EGU General Assembly 2021
© Author(s) 2021. This work is distributed under
the Creative Commons Attribution 4.0 License.

Heat Events in the Indian Subcontinent under a warming climate scenario: Detection and its Drivers 

Ritika Kapoor1,2, Carmen Alvarez-Castro3, Enrico Scoccimarro1, Stefano Materia1, and Silvio Gualdi1,4
Ritika Kapoor et al.
  • 1Euro-Mediterranean Center on Climate Change (CMCC), Bologna, Italy
  • 2Ca Foscari University, Venice, Italy
  • 3University Pablo de Olavide (UPO), Seville, Spain
  • 4Istituto Nazionale di Geofisica e Vulcanologia (INGV), Bologna, Italy

Rising global temperatures are a potential cause for increase of extreme climate events, such as heat waves, both in severity and frequency. Under an increasing extreme event scenario, the world population of mid- and low-latitude countries is more vulnerable to heat related mortality and morbidity.

In India, the events occurred in recent years have made this vulnerability clear, since the numbers of heat-related deaths are on a rise, and heat waves can impact various sectors including health, agriculture, ecosystems and the national economy.

Preliminary results show the prevalence of heat events in seven different regions of India during the pre-monsoon (March, April, May) and transitional (May, June, July) months. We consider daily maximum temperatures (Tmax) and the NOAA’s Heat Index (HI), a combination of temperature and relative humidity that gives an insight into the discomfort because of increment in humidity.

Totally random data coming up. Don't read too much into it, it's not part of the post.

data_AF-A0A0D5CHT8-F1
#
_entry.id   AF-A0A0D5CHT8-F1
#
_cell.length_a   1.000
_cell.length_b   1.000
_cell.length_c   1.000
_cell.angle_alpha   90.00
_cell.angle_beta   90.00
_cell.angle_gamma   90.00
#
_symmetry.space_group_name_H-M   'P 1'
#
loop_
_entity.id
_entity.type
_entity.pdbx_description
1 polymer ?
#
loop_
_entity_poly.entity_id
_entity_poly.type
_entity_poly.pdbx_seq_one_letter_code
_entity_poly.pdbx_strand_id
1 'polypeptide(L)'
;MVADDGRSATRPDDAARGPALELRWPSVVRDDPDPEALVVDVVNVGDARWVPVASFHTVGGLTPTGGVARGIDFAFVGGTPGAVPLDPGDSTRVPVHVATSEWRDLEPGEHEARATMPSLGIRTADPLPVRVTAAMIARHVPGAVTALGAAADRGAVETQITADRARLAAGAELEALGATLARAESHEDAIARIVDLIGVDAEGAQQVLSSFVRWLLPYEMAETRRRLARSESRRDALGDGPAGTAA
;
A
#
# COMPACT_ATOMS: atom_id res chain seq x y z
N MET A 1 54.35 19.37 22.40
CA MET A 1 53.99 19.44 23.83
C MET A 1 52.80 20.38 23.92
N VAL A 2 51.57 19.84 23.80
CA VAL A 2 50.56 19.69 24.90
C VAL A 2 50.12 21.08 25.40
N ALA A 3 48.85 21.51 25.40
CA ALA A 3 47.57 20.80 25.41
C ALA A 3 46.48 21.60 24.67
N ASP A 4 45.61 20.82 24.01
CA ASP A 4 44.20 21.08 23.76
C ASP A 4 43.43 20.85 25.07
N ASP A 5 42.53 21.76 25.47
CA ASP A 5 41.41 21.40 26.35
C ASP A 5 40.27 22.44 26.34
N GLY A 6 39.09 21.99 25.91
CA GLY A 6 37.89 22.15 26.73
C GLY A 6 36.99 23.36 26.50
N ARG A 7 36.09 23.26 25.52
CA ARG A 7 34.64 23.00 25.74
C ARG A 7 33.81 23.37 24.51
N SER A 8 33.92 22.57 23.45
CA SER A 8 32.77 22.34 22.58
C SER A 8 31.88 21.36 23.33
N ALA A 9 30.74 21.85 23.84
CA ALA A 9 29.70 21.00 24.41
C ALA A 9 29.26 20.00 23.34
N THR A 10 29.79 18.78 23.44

We look into various drivers behind the heat events in the seven different clusters, in particular ENSO and the North Atlantic Regimes that have been linked to the generation of heat waves in different parts of India. The preliminary results indicate Nino 3.4 SST anomalies show positive correlation with Tmax anomalies only in the western coast during pre-monsoon season, while in the transitional months positive correlation extends to central and east India. The Tmax composite anomalies for the cold, warm and neutral phases of ENSO show positive anomalies for only warm years and negative anomalies for the cool and neutral years. Heat Index shows similar spatial patterns for correlation analysis and composite anomaly analysis. The Mean Sea Level Pressure (MSLP) composite associated with heat waves (days exceeding 95th percentile=>3 days) show a persistent ridge over the North Atlantic region.


How to cite: Kapoor, R., Alvarez-Castro, C., Scoccimarro, E., Materia, S., and Gualdi, S.: Heat Events in the Indian Subcontinent under a warming climate scenario: Detection and its Drivers , EGU General Assembly 2021, online, 19–30 Apr 2021, EGU21-12972,, 2021.

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